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IN PICS | Bizarre places homeless people sleep in include graveyards, under bridges and inside dilapidated buildings

Vaughan Durno, 39, sleeping among the dead at Stellawood Cemetery in Umbilo.
Vaughan Durno, 39, sleeping among the dead at Stellawood Cemetery in Umbilo.
Image: SANDILE NDLOVU

Some people find themselves in bizarre situations in trying to address their needs as outlined by Maslow in his hierarchy of needs.

In pursuit of a need for shelter and food, some South Africans have found homes in graveyards, underneath bridges, on the streets, inside dilapidated buildings, with others selling items alongside the dead, while some have turned to prostitution, touting for business behind a church. 

A group of people have found homes between the graves at Stellawood Cemetery in Umbilo, Durban. One of them is Vaughan Durno, 39, who left home in Umkomaas on the KwaZulu-Natal south coast in pursuit of a better life. 

“When I got a job, I left home to find my space and be who I wanted to be”, said Durno. 

He lost his job as a web developer after the company he worked for closed down due to Covid-19. He and the rest of the group in the cemetery have identified different spots among the dead to find rest every night. 

“In the morning when I wake up, I go and beg for food outside a shopping centre in Umbilo”, Durno added. 

He says he is fearless and has never experienced nightmares. 

A group of street traders have been making a profit since the dawn of democracy along the fence of West Street Cemetery in Durban's city centre. 

They hail from different townships and villages in the province and sell fruit, vegetables, fast food, clothing and other items.

Leanne Steenkamp [not her real name] waits for clients behind St Mary's Church in Greyville, Durban.
Leanne Steenkamp [not her real name] waits for clients behind St Mary's Church in Greyville, Durban.
Image: SANDILE NDLOVU
Ndunduzo Ntuli from KwaMaphumulo, north of Pietermaritzburg, throws water out after doing laundry in a dilapidated house on Alpine Road in Springfield, Durban.
Ndunduzo Ntuli from KwaMaphumulo, north of Pietermaritzburg, throws water out after doing laundry in a dilapidated house on Alpine Road in Springfield, Durban.
Image: SANDILE NDLOVU
The Old Apostolic Church of Africa on Victoria Street in Pietermaritzburg has been operating as a pawnshop for some time.
The Old Apostolic Church of Africa on Victoria Street in Pietermaritzburg has been operating as a pawnshop for some time.
Image: SANDILE NDLOVU

“There are no jobs but at least we try to put food on the table,” said Sizwe Gama. 

The father of two daughters takes home about R150 on an average day and about R350 on a busy day. Gama is not fazed by the location he operates from.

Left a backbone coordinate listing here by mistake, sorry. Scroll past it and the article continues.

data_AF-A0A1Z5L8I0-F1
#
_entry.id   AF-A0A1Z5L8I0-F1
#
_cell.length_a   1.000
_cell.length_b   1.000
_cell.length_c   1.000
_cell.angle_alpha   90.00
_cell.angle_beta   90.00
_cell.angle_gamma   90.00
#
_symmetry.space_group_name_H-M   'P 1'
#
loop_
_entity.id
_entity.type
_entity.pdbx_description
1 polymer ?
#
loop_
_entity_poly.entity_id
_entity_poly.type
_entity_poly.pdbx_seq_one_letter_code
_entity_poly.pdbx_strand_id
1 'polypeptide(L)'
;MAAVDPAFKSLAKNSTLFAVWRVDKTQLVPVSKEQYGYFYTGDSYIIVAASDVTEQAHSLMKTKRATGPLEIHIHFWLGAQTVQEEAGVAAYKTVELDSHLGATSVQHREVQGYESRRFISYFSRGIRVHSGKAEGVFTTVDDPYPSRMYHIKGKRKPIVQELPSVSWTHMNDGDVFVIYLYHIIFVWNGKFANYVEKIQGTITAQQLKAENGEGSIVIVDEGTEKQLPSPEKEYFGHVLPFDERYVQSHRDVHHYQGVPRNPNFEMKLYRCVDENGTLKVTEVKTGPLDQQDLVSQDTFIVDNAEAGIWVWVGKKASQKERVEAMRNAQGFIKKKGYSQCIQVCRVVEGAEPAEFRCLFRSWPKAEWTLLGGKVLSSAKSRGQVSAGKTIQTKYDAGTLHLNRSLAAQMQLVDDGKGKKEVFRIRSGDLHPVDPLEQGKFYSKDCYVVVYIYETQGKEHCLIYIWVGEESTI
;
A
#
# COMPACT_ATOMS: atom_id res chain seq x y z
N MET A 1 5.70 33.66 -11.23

“They are dead and there is nothing they can do to us”, he said. 

While a church is deemed to be a sacred place, a group of prostitutes in Greyville solicit clients behind it. 

They wear miniskirts, crop-tops and high heels to attract the attention of potential clients. 

Leanne Steenkamp (not her real name) ran away from her abusive and drug-addicted husband but fell into the wrong hands after her friend introduced her to “a bad crowd”.

The 37-year-old said she used to work in one of the large supply chain stores in Durban but her husband would use her salary to buy Mandrax. 

“One day I decided to run away from him and I had arranged with my friend to help me. When he [husband] was high I ran away with the friend,” Steenkamp said.

She is a victim of human trafficking. She said her drink was spiked while she was having fun with friends and was trafficked to Pretoria.

Goodman Mhlongo warms himself by a fire as he prepares to sleep in a bus shelter on Botanic Gardens Road in Durban.
Goodman Mhlongo warms himself by a fire as he prepares to sleep in a bus shelter on Botanic Gardens Road in Durban.
Image: SANDILE NDLOVU
A group of street traders line up along the fence of a graveyard on West Street, Durban, to sell their wares.
A group of street traders line up along the fence of a graveyard on West Street, Durban, to sell their wares.
Image: SANDILE NDLOVU

“They probably dropped something into my drink. When I woke up there I asked, 'what is happening here' and they said, 'you will soon know' and that’s all I can remember,” said Steenkamp. 

She has tried to commit suicide many times.

“The last time I tried to end my life I ended up in hospital. When I was conscious I saw in my file that I had heart failure”, she said.  

An abandoned and dilapidated house on Alpine Road, which is on the verge of collapse, has become a home to some homeless people. 

Ndunduzo Ntuli from KwaMaphulo, in northern KwaZulu-Natal, said his life took a turn for the worse when his name was recorded in South Africa’s criminal record system for the theft of a cellphone.

The 26-year-old is one of many who lives in the “ghost” house. 

“When I was released on R1,000 bail I tried to look for a job but because of my criminal record I was rejected. This ghost house has become my home,” he said. 

He said the left side of the house collapsed while they were asleep and one person was injured. Ntuli collects recyclable materials to resell to make a living. He is also a talented poet and when TimesLIVE visited him he recited his poem titled Mama. Ntuli said that there were many talented people on the country's streets. 

When the weather is unpleasant, a bus stop near Durban University of Technology becomes home to Goodman Mhlongo, who doesn't have permanent shelter. 

“When it is cold and raining I come here to sleep. I light a fire to warm myself and when it goes out I sleep,” he said. 

Another oddity is a pawnshop that has been running its business inside The Old Apostolic Church of Africa on Victoria Street in Pietermaritzburg, one of KwaZulu-Natal's capital city's historic buildings.

TimesLIVE

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